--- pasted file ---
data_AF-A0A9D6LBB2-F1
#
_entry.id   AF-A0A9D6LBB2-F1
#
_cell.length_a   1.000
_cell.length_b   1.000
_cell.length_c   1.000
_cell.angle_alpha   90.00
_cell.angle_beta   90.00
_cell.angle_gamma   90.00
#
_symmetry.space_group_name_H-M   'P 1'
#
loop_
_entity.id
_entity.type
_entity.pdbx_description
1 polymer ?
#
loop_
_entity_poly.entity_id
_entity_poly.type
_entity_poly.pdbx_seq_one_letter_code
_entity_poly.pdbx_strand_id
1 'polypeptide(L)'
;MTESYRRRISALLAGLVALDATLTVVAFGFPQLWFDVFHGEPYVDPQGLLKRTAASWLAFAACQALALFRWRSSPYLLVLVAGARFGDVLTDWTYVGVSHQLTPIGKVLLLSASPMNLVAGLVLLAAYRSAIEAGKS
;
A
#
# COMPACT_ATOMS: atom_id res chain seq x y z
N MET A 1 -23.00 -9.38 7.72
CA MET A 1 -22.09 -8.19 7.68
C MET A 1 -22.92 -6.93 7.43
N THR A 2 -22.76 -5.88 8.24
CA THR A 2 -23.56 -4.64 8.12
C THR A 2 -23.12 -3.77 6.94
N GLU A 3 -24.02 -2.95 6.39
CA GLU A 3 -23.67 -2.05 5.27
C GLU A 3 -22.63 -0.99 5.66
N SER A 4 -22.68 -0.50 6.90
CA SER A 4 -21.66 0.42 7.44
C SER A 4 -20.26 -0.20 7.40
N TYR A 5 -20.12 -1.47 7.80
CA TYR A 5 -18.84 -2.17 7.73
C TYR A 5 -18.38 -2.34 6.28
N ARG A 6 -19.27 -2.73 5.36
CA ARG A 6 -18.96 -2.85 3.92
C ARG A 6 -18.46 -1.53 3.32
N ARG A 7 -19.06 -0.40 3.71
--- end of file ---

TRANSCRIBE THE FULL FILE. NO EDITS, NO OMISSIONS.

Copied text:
data_AF-A0A9D6LBB2-F1
#
_entry.id   AF-A0A9D6LBB2-F1
#
_cell.length_a   1.000
_cell.length_b   1.000
_cell.length_c   1.000
_cell.angle_alpha   90.00
_cell.angle_beta   90.00
_cell.angle_gamma   90.00
#
_symmetry.space_group_name_H-M   'P 1'
#
loop_
_entity.id
_entity.type
_entity.pdbx_description
1 polymer ?
#
loop_
_entity_poly.entity_id
_entity_poly.type
_entity_poly.pdbx_seq_one_letter_code
_entity_poly.pdbx_strand_id
1 'polypeptide(L)'
;MTESYRRRISALLAGLVALDATLTVVAFGFPQLWFDVFHGEPYVDPQGLLKRTAASWLAFAACQALALFRWRSSPYLLVLVAGARFGDVLTDWTYVGVSHQLTPIGKVLLLSASPMNLVAGLVLLAAYRSAIEAGKS
;
A
#
# COMPACT_ATOMS: atom_id res chain seq x y z
N MET A 1 -23.00 -9.38 7.72
CA MET A 1 -22.09 -8.19 7.68
C MET A 1 -22.92 -6.93 7.43
N THR A 2 -22.76 -5.88 8.24
CA THR A 2 -23.56 -4.64 8.12
C THR A 2 -23.12 -3.77 6.94
N GLU A 3 -24.02 -2.95 6.39
CA GLU A 3 -23.67 -2.05 5.27
C GLU A 3 -22.63 -0.99 5.66
N SER A 4 -22.68 -0.50 6.90
CA SER A 4 -21.66 0.42 7.44
C SER A 4 -20.26 -0.20 7.40
N TYR A 5 -20.12 -1.47 7.80
CA TYR A 5 -18.84 -2.17 7.73
C TYR A 5 -18.38 -2.34 6.28
N ARG A 6 -19.27 -2.73 5.36
CA ARG A 6 -18.96 -2.85 3.92
C ARG A 6 -18.46 -1.53 3.32
N ARG A 7 -19.06 -0.40 3.71